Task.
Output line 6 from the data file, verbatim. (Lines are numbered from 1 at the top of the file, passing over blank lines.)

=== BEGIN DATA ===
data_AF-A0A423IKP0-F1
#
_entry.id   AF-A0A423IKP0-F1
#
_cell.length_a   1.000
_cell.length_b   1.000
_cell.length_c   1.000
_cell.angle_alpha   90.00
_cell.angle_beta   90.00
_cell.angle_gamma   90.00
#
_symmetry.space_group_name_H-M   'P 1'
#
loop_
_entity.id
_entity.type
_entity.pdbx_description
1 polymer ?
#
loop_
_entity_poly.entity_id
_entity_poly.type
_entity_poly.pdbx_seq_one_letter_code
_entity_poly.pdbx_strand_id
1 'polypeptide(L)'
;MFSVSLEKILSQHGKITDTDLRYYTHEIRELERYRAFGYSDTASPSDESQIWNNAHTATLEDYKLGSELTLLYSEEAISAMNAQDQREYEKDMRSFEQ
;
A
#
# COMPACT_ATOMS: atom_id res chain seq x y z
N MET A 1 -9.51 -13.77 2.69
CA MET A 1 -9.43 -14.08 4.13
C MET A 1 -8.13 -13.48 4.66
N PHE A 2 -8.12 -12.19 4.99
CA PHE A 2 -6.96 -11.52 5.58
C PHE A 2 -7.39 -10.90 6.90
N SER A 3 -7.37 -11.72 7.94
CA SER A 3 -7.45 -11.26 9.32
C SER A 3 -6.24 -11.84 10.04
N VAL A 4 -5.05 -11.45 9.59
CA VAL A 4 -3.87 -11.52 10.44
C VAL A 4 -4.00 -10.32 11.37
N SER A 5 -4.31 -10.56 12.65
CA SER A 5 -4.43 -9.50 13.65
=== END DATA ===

_cell.length_b   1.000